'Social Justice' Language in Denver Teacher Evaluation Draws Concerns
In response to complaints, the Denver district is revising language in its teacher-evaluation system that described a "distinguished" teacher as one who "encourages students to challenge and question the dominant culture" and "take social action to change/improve society or work for social justice," The Washington Times reports.
District and union officials both said the language didn't properly reflect the concept they were trying to convey: that the best teachers help students view and analyze information critically. They've updated the framework as a response, the newspaper reports.
It is easy to dismiss this episode as just another volley in the culture wars, but that would omit an important point that isn't even mentioned in the story: the idea of teaching for social justice actually is, and remains, a prominent philosophy in teacher preparation in the U.S.
Its extent and applications are hard to characterize, partly because the term itself is so mushy and has come to encompass a variety of different meanings. But consider, for example, that the urtext for social-justice teaching, Paolo Friere's Pedagogy of the Oppressed, was among the the most commonly assigned texts in foundations courses, according to a 2003 review of some 45 such courses by David Steiner, now the dean of Hunter College's education school, in New York City.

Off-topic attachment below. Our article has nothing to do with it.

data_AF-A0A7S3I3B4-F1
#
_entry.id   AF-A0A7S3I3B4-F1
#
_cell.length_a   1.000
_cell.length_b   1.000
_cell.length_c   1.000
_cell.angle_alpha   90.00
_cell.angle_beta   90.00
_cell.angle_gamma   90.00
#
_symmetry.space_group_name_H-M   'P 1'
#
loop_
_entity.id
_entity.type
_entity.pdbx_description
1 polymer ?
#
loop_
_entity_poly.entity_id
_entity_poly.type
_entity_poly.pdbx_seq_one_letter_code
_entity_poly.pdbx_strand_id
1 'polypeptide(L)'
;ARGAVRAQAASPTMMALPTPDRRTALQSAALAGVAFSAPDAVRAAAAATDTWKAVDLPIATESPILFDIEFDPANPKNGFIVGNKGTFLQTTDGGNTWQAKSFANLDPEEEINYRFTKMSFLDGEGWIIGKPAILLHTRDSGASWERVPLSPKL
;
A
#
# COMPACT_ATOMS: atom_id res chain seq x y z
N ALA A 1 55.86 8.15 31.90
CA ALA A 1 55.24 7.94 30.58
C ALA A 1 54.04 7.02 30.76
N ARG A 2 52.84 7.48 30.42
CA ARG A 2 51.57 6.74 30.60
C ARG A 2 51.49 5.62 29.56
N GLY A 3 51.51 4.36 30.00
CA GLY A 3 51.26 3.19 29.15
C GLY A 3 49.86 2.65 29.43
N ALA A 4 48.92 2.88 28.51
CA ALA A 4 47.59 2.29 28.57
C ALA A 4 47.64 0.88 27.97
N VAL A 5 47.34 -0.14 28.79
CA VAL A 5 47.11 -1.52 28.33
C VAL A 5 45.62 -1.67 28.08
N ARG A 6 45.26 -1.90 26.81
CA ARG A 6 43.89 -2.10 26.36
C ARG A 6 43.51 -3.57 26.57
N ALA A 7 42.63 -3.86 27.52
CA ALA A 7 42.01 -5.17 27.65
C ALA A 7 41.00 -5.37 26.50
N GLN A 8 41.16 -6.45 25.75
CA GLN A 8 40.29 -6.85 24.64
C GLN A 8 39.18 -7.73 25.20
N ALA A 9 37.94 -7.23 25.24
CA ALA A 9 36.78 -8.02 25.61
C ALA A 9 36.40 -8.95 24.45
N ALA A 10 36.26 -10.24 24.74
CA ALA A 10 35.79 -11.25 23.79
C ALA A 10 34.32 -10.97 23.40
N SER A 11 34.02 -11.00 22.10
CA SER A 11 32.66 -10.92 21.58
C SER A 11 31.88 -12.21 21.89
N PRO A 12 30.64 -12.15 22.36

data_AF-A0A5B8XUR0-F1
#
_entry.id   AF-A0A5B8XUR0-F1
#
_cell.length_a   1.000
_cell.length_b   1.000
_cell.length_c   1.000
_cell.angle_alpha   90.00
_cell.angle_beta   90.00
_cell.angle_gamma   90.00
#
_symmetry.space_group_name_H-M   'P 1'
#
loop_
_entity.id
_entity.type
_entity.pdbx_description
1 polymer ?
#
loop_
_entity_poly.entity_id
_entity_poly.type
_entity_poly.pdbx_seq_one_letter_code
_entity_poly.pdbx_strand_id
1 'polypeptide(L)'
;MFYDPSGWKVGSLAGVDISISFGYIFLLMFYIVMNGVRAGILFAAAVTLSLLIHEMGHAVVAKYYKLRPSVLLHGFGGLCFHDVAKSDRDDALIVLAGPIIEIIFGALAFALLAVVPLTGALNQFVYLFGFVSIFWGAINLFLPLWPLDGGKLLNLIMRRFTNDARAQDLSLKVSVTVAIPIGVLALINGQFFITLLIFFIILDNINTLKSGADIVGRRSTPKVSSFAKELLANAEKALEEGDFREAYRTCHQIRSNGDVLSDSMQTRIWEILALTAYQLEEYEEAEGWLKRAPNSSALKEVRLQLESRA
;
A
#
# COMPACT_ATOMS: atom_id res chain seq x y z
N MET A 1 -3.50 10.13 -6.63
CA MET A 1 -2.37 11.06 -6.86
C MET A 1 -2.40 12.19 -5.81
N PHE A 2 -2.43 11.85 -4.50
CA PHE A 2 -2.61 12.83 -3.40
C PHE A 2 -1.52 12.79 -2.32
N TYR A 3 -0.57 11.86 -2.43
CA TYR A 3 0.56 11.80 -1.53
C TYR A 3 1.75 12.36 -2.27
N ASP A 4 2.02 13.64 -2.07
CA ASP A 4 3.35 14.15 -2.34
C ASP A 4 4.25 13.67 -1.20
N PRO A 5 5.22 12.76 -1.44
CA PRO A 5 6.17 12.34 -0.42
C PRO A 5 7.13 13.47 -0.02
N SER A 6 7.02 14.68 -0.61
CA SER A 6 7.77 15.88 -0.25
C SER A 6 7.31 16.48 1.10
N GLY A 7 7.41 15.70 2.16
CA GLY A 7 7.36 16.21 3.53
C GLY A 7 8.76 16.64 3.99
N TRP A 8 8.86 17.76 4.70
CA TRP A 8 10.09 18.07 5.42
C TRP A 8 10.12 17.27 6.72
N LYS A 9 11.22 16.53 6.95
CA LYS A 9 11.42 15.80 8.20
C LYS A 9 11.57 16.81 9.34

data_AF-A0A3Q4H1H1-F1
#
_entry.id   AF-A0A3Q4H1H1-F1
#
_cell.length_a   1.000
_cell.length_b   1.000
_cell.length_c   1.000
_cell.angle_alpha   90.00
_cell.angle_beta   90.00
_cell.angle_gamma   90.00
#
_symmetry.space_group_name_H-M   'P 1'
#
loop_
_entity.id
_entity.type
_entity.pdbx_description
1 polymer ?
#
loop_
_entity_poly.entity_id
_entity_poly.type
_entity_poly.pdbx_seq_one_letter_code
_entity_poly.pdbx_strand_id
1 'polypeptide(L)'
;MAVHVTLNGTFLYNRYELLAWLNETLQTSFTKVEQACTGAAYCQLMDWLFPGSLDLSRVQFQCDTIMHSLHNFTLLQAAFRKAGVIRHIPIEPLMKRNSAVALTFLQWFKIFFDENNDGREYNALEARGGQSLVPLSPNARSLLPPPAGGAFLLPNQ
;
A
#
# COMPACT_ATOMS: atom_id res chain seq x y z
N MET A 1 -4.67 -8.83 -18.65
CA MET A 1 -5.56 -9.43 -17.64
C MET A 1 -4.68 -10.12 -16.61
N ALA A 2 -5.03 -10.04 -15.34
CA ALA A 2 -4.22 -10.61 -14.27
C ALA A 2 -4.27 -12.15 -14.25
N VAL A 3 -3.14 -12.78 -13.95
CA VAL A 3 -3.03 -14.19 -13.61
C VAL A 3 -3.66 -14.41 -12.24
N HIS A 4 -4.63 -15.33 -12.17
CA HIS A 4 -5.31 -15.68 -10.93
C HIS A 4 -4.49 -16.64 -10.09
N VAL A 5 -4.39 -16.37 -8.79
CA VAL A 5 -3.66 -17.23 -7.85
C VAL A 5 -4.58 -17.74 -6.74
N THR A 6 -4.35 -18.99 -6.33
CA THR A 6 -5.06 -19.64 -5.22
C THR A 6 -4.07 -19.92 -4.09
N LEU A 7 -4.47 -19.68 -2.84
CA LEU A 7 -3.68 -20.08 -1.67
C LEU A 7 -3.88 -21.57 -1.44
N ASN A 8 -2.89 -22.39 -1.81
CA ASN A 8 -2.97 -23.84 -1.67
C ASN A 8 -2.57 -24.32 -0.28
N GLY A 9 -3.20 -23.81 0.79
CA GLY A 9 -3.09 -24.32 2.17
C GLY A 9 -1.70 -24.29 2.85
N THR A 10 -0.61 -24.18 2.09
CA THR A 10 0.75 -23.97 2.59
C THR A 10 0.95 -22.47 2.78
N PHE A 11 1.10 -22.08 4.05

And the term "social justice" caused some headaches for the National Council for Accreditation of Teacher Education a few years back, leading the organization to drop the term when it was revising its definitions of the dispositions teachers should embody before entering the classroom.
I'll leave you to chew that over, but here's my immediate thought on all this: Ideological divides over these theories don't easily translate into actual policy. There is probably not an education interest group out there—right- or left-leaning—that doesn't frame its own concrete policy motivations and methods as seeking some form of social justice, whether or not they use that term explicitly. From charter supporters to choice to unions to Teach For America, those who claim the mantle of education reform predicate it on the idea of giving kids equal access to better schools, social services, or instruction.